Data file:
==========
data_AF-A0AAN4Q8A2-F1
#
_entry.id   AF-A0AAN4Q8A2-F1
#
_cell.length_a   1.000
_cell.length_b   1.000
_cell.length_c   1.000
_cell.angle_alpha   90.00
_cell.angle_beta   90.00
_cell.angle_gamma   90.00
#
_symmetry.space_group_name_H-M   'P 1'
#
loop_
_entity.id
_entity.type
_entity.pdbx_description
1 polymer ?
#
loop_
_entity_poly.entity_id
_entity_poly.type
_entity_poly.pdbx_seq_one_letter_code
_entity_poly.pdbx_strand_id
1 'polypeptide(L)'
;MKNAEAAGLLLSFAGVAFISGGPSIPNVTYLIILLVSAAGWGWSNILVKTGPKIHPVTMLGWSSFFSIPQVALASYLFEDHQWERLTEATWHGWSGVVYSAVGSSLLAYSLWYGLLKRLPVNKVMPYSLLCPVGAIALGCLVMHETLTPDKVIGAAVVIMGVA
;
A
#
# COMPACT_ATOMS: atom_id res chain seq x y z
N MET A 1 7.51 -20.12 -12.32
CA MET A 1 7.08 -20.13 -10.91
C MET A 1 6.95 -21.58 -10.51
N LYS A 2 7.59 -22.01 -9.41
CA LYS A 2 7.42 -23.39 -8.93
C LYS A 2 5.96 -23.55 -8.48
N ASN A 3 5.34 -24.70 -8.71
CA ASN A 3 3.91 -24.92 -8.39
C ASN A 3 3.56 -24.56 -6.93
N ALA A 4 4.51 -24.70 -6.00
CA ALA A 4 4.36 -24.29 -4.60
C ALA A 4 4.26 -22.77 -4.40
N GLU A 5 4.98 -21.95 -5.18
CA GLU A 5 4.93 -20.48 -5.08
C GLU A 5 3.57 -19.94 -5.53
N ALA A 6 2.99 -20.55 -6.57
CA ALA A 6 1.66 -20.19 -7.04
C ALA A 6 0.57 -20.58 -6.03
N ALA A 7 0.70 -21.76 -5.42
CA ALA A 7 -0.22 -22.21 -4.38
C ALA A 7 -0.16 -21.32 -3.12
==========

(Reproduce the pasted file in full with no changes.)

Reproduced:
data_AF-A0AAN4Q8A2-F1
#
_entry.id   AF-A0AAN4Q8A2-F1
#
_cell.length_a   1.000
_cell.length_b   1.000
_cell.length_c   1.000
_cell.angle_alpha   90.00
_cell.angle_beta   90.00
_cell.angle_gamma   90.00
#
_symmetry.space_group_name_H-M   'P 1'
#
loop_
_entity.id
_entity.type
_entity.pdbx_description
1 polymer ?
#
loop_
_entity_poly.entity_id
_entity_poly.type
_entity_poly.pdbx_seq_one_letter_code
_entity_poly.pdbx_strand_id
1 'polypeptide(L)'
;MKNAEAAGLLLSFAGVAFISGGPSIPNVTYLIILLVSAAGWGWSNILVKTGPKIHPVTMLGWSSFFSIPQVALASYLFEDHQWERLTEATWHGWSGVVYSAVGSSLLAYSLWYGLLKRLPVNKVMPYSLLCPVGAIALGCLVMHETLTPDKVIGAAVVIMGVA
;
A
#
# COMPACT_ATOMS: atom_id res chain seq x y z
N MET A 1 7.51 -20.12 -12.32
CA MET A 1 7.08 -20.13 -10.91
C MET A 1 6.95 -21.58 -10.51
N LYS A 2 7.59 -22.01 -9.41
CA LYS A 2 7.42 -23.39 -8.93
C LYS A 2 5.96 -23.55 -8.48
N ASN A 3 5.34 -24.70 -8.71
CA ASN A 3 3.91 -24.92 -8.39
C ASN A 3 3.56 -24.56 -6.93
N ALA A 4 4.51 -24.70 -6.00
CA ALA A 4 4.36 -24.29 -4.60
C ALA A 4 4.26 -22.77 -4.40
N GLU A 5 4.98 -21.95 -5.18
CA GLU A 5 4.93 -20.48 -5.08
C GLU A 5 3.57 -19.94 -5.53
N ALA A 6 2.99 -20.55 -6.57
CA ALA A 6 1.66 -20.19 -7.04
C ALA A 6 0.57 -20.58 -6.03
N ALA A 7 0.70 -21.76 -5.42
CA ALA A 7 -0.22 -22.21 -4.38
C ALA A 7 -0.16 -21.32 -3.12